How to Stir a Cocktail Correctly, According to a Bartender | Wine Enthusiast
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How to Stir a Cocktail Correctly, According to a Bartender

Stirred or shaken? Not many bars will ever actually ask you this question. Recipes are usually quite clear about this. But these two ways to mix a drink are still cornerstones of bartending.

Recently, we showed you a simple catch-all bartending formula to create a cocktail in the sour family of drinks—those that are shaken and include lemon or lime juice. Here, we’ll cover how to successfully stir a drink in the spirits-forward category like martinis, Manhattans and Negronis.

There are two main concepts you need to know as you stir a cocktail: the technique, and how long to do it.

The proper technique to stir a cocktail

The basic equipment required to make a stirred cocktail is a mixing glass and a barspoon.

While there are plenty of fancy, specialized cocktail mixing glasses, some with pour spouts or made from heavy, decorative crystal, the trusty pint/Boston glass is standard at many bars. A julep strainer fits inside it perfectly, and they’re fairly affordable, so you don’t have to worry if you drop one on the floor.

A barspoon is a long-handled teaspoon, generally with the handle twisted into a spiral shape to allow it to spin easily in your hand. The opposite end of the spoon may be topped with a flat circle to press herbs or muddle, a trident to skewer garnish, or some counterweight to help create a smooth momentum while stirring.

In a mixing glass, add your ingredients and fill with ice. Place the spoon an inch or two into the ice, but not all the way to the bottom, or even touching the liquid. The less weight you have to push, the more seamless your stir.

Bartending stirring cocktail, spoon between middle and ring finger
The standard cocktail stir, with spoon loosely held between the middle and ring fingers / Getty

Make sure that the back of the spoon is in contact with the inside of the mixing glass. Move the spoon around the inner surface of the glass and rotate the ice into a smooth vortex. Never clink the ice or cause the spoon to lose contact with the side of the glass. Disturb the ice as a little as possible as you rotate it to prevent ice chips or to cause your drink to overdilute.

The classic bartender method is to hold the spoon’s handle near the top. Take a loose grip between the first and second knuckles of the middle and ring fingers. With a bit of practice, you can stir a drink quickly just simply by moving the two fingers back and forth, as the spiral handle allows the spoon to spin easily in your hand without ever requiring a firm grip.

However, experiment to find which technique works best for you. If you feel more comfortable and get a better spin with the spoon tucked into the crook between your thumb and index finger, no one’s going to judge you.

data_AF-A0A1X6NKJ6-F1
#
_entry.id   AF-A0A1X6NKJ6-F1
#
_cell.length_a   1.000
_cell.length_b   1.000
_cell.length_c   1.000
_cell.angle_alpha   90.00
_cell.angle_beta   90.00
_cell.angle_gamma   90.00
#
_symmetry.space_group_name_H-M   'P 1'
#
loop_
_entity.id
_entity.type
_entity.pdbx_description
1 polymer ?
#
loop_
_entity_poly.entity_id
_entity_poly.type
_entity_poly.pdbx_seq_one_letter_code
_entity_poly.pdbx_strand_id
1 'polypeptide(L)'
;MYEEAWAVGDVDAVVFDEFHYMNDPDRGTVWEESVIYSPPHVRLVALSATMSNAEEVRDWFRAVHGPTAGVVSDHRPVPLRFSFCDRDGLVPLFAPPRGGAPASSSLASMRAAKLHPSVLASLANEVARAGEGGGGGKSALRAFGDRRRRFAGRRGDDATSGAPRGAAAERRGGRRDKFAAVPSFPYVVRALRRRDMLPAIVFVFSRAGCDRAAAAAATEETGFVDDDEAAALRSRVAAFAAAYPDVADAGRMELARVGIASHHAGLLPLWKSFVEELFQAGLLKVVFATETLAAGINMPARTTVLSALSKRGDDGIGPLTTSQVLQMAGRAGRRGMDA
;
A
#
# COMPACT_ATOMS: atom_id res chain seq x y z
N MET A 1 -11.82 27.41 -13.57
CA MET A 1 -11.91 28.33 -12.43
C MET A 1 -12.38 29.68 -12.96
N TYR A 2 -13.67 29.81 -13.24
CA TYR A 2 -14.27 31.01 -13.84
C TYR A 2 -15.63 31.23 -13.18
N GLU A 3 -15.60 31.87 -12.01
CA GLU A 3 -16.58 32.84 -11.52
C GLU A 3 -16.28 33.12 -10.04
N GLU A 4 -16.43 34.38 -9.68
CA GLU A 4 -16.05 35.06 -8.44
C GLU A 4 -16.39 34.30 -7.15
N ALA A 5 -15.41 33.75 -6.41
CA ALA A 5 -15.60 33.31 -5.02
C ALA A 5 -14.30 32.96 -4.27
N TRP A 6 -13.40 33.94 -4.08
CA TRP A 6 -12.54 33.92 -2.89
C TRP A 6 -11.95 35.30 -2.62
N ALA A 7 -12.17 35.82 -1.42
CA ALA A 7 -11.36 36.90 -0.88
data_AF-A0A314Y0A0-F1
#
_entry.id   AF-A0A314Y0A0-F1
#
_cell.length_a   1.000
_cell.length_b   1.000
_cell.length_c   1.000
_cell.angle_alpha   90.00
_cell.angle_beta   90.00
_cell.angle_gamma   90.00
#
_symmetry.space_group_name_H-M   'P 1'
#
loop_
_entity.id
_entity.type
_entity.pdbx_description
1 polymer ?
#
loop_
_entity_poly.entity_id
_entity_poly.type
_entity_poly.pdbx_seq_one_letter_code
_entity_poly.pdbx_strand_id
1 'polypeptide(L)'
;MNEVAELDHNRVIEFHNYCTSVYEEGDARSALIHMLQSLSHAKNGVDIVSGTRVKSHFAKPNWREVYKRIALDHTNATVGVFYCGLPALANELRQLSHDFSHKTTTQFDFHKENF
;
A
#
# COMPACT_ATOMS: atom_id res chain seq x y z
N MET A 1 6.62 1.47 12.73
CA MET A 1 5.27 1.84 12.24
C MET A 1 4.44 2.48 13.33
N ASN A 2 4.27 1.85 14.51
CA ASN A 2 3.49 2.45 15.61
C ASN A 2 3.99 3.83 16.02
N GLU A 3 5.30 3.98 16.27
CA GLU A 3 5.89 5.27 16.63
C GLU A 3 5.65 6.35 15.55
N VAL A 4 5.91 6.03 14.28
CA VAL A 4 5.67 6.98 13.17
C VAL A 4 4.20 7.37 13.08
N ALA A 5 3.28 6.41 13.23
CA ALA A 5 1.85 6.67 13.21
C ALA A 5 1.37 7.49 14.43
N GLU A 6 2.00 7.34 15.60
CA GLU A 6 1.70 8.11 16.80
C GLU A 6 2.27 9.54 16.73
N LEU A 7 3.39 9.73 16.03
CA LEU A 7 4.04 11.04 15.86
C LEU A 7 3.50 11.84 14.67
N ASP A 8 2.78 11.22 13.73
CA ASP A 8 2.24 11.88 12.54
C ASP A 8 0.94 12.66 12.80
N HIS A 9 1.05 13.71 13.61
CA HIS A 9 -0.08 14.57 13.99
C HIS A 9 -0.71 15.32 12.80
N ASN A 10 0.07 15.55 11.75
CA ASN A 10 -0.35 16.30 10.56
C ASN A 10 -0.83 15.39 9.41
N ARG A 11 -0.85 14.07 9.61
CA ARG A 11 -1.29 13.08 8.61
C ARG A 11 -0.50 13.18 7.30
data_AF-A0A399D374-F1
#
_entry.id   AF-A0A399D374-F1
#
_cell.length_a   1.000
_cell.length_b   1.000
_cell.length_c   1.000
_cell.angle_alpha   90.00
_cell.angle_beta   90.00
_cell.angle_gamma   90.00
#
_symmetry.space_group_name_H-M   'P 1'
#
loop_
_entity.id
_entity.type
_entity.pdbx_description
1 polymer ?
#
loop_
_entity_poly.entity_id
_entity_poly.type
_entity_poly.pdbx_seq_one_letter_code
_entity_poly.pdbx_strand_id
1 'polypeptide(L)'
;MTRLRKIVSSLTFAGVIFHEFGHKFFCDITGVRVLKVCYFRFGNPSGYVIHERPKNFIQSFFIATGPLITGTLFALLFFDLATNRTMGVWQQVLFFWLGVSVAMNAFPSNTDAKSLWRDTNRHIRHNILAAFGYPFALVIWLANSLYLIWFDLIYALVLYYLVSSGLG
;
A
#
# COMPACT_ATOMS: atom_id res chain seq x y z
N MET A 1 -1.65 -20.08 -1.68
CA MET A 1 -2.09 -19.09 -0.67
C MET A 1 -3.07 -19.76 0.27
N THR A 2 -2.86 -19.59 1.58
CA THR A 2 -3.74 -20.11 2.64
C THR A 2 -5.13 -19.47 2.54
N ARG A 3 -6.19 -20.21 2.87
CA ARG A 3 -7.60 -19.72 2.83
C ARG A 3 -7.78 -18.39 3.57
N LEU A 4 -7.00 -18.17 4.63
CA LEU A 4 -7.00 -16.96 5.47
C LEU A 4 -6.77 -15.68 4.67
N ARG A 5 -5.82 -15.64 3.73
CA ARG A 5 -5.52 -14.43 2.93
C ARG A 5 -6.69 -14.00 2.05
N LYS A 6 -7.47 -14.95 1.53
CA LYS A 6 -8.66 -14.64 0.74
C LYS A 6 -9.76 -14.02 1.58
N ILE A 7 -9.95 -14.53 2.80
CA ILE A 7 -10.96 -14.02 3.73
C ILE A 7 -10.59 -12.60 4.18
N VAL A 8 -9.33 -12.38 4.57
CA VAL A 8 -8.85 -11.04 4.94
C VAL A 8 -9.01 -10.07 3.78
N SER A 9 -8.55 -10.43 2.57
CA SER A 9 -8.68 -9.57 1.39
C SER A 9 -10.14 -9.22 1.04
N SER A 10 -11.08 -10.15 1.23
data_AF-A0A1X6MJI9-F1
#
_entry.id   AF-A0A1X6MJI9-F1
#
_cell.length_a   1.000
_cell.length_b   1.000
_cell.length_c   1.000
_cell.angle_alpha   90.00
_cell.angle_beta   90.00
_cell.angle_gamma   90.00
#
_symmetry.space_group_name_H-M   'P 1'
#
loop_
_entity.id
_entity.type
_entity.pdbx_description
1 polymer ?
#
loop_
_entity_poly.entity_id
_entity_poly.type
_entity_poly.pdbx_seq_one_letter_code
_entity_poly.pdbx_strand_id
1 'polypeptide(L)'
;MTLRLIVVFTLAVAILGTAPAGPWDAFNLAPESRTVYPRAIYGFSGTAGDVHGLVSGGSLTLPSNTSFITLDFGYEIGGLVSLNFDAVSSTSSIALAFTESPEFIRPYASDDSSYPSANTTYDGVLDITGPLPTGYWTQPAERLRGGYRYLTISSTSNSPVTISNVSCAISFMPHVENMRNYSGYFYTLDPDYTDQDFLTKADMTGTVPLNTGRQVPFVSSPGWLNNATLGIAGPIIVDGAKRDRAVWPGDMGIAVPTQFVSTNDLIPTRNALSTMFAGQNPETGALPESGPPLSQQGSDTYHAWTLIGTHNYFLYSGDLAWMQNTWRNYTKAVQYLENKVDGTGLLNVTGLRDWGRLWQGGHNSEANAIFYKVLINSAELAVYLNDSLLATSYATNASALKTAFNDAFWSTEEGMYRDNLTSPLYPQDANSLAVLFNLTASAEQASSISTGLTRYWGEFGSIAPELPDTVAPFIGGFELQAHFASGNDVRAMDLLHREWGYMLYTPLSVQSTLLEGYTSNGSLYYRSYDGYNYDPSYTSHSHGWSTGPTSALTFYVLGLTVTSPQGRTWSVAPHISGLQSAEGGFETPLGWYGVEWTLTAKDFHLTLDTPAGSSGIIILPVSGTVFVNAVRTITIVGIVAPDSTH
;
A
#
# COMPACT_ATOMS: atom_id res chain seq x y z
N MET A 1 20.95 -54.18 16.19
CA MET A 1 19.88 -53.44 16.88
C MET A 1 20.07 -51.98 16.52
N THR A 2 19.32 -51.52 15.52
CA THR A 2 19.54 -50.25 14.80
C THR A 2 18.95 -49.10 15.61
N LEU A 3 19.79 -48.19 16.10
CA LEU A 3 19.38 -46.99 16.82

How long should I stir a drink?

There’s an old “gotcha” question often used to train new bartenders: What are the main ingredients in a martini?

Most new recruits will quickly reply gin and dry vermouth. Grizzled veterans will stare at them silently, possibly with arms folded. After a few beats of awkward silence, the seasoned bartender will tell them what they missed: water.

There’s a misconception that the ice used to chill a cocktail is there solely to make it colder. While it does lower the temperature of a drink and ensures its components are well incorporated, many forget that it adds an extra ingredient: the water that melts as the ice is stirred.

Such dilution reduces the heat and strong flavor of alcohol, which can bring out aromas and flavors that might otherwise be overpowered. It’s much the way whiskey connoisseurs may choose add a splash of water to Scotch to “open it up.”

When a bartender stirs your martini or Manhattan for what may seem like an excessively long time, chances are they’re doing it to reach a desired flavor, not temperature.

While exact times vary depending on the drink, you’re usually in good territory if you stir a drink for 30–45 seconds. That’s long enough for the drink to reach its ideal temperature where dilution mostly levels off. Some bars insist a perfect martini must be stirred 60–75 seconds, while others opt for less. However, 30 seconds is a good bet for a properly balanced drink.

Amount of water added to a cocktail based on stir time

We’ve tested how much water ends up in your drink depending on time stirred, based off a cocktail that uses a standard three ounces of alcohol at room temperature. Results may vary based on type of ice, mixing vessel used, and whether or not you have air conditioning running on a warm day.

15 seconds: 1 ounce water added

30 seconds: 1¼ ounces water

45 seconds: 1½ ounces water

60 seconds: 1¾ ounces water

The best way to find the optimal stir time is to taste your drink at various intervals and find what works best for you. Shorter stir times produce stronger-tasting drinks. If you prefer your martini or Manhattan possess more subtle aromas and flavors that emphasize the floral or fruity notes of the liquor, you may prefer a longer stir. The actual amount of alcohol never changes, just what you taste.